Blog Series: Exploitations, Penetration Testing, and Modern Cybersecurity DefensesEvolution of Exploitation, Part 4: Modern Cybersecurity Defenses
By Luke Willadsen
BLUF: This blog series is written to provide an anecdotal history of the evolution of exploitation in cybersecurity, focused largely on network exploitations in an enterprise and couched as Luke’s perspective over his decade-long career in InfoSec.
In cybersecurity, we preach the importance of layered security. And being successful in implementing a layered security strategy is a matter of staying in tune with the white hat community.
A layered security strategy means you need to block high, and block low. You need your endpoint security and your intrusion detection systems (IDS), and you need to protect yourself from the low-tech abuse of misconfigurations, poor patching practices, and weak passwords.
Preventing Low-Tech Abuse
To best protect yourself from low-tech abuse (i.e. malicious attacks low in complexity), it starts with proper cyber hygiene and regular, comprehensive audits of user privileges.
Patching and vulnerability management is still crucial. As I mentioned in my previous post, the hacker community began exploring different routes into networks and through networks because for many organizations, patching and vulnerability management practices greatly improved bettering the defenses for many organizations. Yet better does not mean perfect, and it’s important to remember that many modern breaches are the result of low-tech attacks that leverage human error.
When it comes to auditing user privileges, the most important thing to analyze is the assignment of local administrator privileges to users. As a general rule of thumb, standard users should never have local admin privileges on any system in your network. With local administrative privileges, you can almost always escalate to system, steal credentials, and compromise the integrity of the operating system itself. For example, systems in a conference room or systems that are used for printing, where all domain users have admin privileges on these systems, allow an attacker to compromise an entire domain easily once they have done the work to get in the network.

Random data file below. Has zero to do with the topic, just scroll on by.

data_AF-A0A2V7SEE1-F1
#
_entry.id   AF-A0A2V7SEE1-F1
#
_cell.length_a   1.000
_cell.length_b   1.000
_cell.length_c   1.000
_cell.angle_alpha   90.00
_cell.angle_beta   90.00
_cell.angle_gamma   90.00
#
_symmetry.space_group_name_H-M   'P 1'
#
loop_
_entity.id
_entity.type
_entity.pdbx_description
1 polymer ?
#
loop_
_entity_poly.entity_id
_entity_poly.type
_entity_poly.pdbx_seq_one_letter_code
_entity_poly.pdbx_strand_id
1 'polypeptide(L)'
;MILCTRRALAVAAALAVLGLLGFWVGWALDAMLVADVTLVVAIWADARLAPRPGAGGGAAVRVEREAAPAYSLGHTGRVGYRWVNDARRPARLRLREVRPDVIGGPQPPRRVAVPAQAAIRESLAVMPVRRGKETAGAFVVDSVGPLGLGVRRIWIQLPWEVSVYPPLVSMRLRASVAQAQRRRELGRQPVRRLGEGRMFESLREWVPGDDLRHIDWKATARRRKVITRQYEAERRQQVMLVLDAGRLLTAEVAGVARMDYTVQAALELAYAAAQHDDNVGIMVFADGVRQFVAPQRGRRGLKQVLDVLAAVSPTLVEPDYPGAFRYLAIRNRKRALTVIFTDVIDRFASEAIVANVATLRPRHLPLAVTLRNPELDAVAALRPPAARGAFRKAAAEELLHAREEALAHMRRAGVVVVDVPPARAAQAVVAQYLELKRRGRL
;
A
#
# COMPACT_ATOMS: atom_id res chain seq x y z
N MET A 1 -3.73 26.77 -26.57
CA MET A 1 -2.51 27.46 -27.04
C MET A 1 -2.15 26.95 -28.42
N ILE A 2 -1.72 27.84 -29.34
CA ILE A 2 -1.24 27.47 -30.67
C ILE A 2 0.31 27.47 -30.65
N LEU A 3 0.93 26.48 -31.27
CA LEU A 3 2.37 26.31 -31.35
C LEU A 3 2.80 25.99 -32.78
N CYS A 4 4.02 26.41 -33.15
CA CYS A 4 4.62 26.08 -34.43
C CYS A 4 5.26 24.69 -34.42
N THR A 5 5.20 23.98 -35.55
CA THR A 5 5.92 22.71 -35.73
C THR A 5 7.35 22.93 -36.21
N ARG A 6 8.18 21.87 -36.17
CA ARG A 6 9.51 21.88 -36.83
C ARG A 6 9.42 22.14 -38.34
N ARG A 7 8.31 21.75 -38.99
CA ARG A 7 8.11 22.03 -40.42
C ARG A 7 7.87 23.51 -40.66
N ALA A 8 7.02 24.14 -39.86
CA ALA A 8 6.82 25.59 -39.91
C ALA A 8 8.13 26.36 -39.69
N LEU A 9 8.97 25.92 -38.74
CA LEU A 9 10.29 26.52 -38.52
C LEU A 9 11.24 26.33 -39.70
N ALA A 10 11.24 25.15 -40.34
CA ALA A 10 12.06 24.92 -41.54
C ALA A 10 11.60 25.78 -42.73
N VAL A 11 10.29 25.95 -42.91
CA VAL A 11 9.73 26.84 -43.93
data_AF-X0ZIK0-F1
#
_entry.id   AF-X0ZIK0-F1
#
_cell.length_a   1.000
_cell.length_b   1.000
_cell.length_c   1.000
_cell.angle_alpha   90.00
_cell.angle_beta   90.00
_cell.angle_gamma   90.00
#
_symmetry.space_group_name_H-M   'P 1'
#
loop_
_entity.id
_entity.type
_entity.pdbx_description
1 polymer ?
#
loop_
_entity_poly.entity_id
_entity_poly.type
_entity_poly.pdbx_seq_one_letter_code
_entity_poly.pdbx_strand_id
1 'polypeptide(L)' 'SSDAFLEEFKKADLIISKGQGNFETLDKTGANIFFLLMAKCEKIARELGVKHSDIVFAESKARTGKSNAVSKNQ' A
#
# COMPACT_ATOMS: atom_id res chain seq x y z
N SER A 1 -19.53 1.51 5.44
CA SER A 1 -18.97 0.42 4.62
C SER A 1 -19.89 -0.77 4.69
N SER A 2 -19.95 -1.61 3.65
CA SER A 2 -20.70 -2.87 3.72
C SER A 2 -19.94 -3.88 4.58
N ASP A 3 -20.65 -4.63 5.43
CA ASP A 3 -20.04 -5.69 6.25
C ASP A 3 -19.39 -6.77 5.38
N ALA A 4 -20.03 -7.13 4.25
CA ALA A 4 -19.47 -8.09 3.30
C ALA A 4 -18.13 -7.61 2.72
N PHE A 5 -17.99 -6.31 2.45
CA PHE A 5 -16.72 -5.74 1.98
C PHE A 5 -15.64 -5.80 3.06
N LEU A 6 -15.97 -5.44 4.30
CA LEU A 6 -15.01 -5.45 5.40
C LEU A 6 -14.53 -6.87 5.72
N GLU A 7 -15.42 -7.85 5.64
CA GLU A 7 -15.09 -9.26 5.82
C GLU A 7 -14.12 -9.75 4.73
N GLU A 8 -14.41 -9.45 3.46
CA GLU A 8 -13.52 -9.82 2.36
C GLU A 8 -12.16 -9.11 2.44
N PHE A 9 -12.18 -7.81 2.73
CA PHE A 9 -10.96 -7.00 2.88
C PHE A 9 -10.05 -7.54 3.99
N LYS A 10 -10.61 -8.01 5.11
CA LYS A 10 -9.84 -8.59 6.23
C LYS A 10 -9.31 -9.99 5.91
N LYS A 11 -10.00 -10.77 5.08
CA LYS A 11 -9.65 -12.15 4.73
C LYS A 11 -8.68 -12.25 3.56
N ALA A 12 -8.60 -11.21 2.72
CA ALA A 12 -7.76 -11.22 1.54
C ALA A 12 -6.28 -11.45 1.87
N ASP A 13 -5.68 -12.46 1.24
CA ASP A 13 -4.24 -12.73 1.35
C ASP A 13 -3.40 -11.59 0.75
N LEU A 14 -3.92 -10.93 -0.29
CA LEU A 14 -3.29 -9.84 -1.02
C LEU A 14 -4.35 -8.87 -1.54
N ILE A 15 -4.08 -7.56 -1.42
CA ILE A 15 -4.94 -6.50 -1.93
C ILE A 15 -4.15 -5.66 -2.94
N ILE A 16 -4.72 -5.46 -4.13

Fixing these misconfigurations is quite important, and we want to be ready in the event hackers do gain access to your network and do find ways to move laterally. Here are a few suggestions:
Evolved Cyber Defenses
If your security program is already practicing all of the strategies mentioned above, it is likely that hackers may attempt to circumvent your defenses with more complex, high-tech attacks. Here are a few examples:
About the Author: Luke Willadsen, Technical Services Lead, EmberSec, is an InfoSec professional and white hat hacker. After getting his start with the Dept. of Defense in 2010, Luke leveraged his specialization in offensive security and eventually turned to private and public sector consulting. Mr. Willadsen has a bachelor’s degree in cybersecurity, a master’s degree in technology studies, an OSCP certification, and a CISSP certification. Outside of his professional life, Luke is a husband, an animal lover, a fitness enthusiast and a passable guitar player, plays a bard in Dungeons and Dragons, and enjoys playing a few rounds of Battlefield on my PS4 a night or two a week.
About EmberSec: EmberSec, a Division of By Light, serves as a provider of advanced, technical cybersecurity services and solutions. Whether that's testing the maturity and efficiency of your security program through technical assessments, integrating highly customized Managed Detection & Response capabilities, or aligning your infrastructure and security practices around industry frameworks, EmberSec understands the complexities involved in establishing a truly secure enterprise.
The EmberSec team is comprised of senior security researchers, operators, and intelligence professionals, and specializes in the following domains: